Scurry encouraged the audience to not be afraid to put themselves in situations where they may not the best or where they may not succeed at first.
“Uber, ultra-competitive environments … are the environments that shape diamonds,” Scurry explained. “Competition is a good thing. That’s how we hone skill. That’s how you sharpen your skills on the cutting edge. That’s what I did.”
But Scurry did warn against becoming complacent in successes — something she learned firsthand. After winning the Rose Bowl in 1999, she admitted she let success get to her head. She had become a celebrity and was more into her image than becoming a better athlete. And this shift in focus caused her to lose her spot on the team during the 2000 Summer Olympics.
“I lost my spot because I took my eye off the ball,” she recalled. She was angry at everyone — except herself — until she looked at a photo and realized that she was no longer in competitive shape.
“I understood in an instant why [my] coach had replaced me,” she said.
Scurry said she had to work even harder to get back to in shape and become the “best Briana Scurry” she could be.
“I got to the mountaintop, and I didn’t understand that in order to stay there, you have to be better than you were on the way up,” she said. And her hard work paid off because she did make it back to the mountaintop and competed in the 2004 Summer Olympics, where her team won gold again.
She retired from the United States Women’s National Soccer Team in 2008, but she continued competing professionally until she suffered a concussion during a game in 2010 when one of the opponent’s knees crashed into her head. This collision not only ended her professional soccer career but also left her with a traumatic brain injury. For the next three years, she struggled with memory and cognitive issues.
“I couldn’t remember where I parked my car [or] where my keys were,” she said.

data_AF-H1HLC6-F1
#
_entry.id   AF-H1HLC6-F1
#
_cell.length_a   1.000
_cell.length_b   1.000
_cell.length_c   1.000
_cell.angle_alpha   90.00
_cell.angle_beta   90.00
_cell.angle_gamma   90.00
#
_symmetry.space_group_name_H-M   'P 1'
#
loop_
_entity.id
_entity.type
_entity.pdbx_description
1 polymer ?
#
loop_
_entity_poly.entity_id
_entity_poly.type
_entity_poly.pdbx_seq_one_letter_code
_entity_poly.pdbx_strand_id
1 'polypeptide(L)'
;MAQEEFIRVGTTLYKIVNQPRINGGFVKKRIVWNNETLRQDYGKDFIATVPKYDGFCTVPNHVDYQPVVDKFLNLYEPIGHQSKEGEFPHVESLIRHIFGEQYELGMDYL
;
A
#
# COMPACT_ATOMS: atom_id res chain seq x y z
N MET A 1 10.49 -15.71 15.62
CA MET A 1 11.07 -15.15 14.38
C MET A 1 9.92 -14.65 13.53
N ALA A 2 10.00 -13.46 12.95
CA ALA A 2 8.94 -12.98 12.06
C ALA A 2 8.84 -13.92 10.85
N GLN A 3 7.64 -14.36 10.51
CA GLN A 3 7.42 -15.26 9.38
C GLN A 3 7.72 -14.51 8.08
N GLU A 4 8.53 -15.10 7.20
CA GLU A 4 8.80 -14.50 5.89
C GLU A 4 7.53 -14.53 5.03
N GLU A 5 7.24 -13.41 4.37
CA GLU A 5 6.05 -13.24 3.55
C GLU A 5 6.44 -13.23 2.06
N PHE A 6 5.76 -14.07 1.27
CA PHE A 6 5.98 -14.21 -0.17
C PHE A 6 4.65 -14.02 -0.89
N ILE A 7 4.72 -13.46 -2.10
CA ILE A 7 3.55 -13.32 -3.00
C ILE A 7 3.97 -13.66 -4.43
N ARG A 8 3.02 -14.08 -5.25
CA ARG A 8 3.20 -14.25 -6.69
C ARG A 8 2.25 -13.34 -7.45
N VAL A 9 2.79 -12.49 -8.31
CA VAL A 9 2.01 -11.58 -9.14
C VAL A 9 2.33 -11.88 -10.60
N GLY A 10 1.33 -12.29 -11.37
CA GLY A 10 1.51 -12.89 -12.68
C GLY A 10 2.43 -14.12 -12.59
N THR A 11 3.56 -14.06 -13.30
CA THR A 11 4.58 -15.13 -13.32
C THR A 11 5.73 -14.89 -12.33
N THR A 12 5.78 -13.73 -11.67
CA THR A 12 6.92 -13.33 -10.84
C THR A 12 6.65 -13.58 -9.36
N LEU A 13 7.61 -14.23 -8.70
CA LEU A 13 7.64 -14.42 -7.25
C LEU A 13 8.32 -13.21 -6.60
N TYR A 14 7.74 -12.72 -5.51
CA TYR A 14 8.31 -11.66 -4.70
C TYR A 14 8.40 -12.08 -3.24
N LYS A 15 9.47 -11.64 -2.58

Her mental health also took a downward spiral: She had terrible headaches and began suffering from depression and anxiety. And in 2013, she said she started having suicidal thoughts.
“I felt like I was a burden, so I didn’t reach out for the help from my friends and family [and] my teammates that I needed because I was ashamed,” she said. In addition, her finances were in trouble to the point she was forced to pawn her Olympic gold medals for money.
But luckily, one of her friends realized Scurry needed help and connected Scurry with someone who could help her find the medical treatment and therapy she needed.
Scurry turned this situation into something positive. Today she shares her experience with others around the country and advocates for concussion and traumatic brain injury awareness.
Scurry told the audience that they all had the potential to succeed, but first, they had to believe in themselves and then put in the maximum amount of effort into whatever they’re doing.
She reminded counselors that their dreams are just as important and relevant as hers. “You’re helping people weave through some of the most difficult events of their lives,” she said, “In my opinion? That sounds like it’s more important to me” than soccer.
The the American Counseling Association’s 2022 Virtual Conference Experience started today and runs through Friday, Oct. 21.
Registration will remain open until Dec. 31, and attendees will have access to the conference sessions and other content through Jan. 9, 2023.
Find out more at counseling.org/conference/vce-conference-2022
Samantha Cooper is a staff writer for Counseling Today. Contact her at email@example.com.
Opinions expressed and statements made in articles appearing on CT Online should not be assumed to represent the opinions of the editors or policies of the American Counseling Association.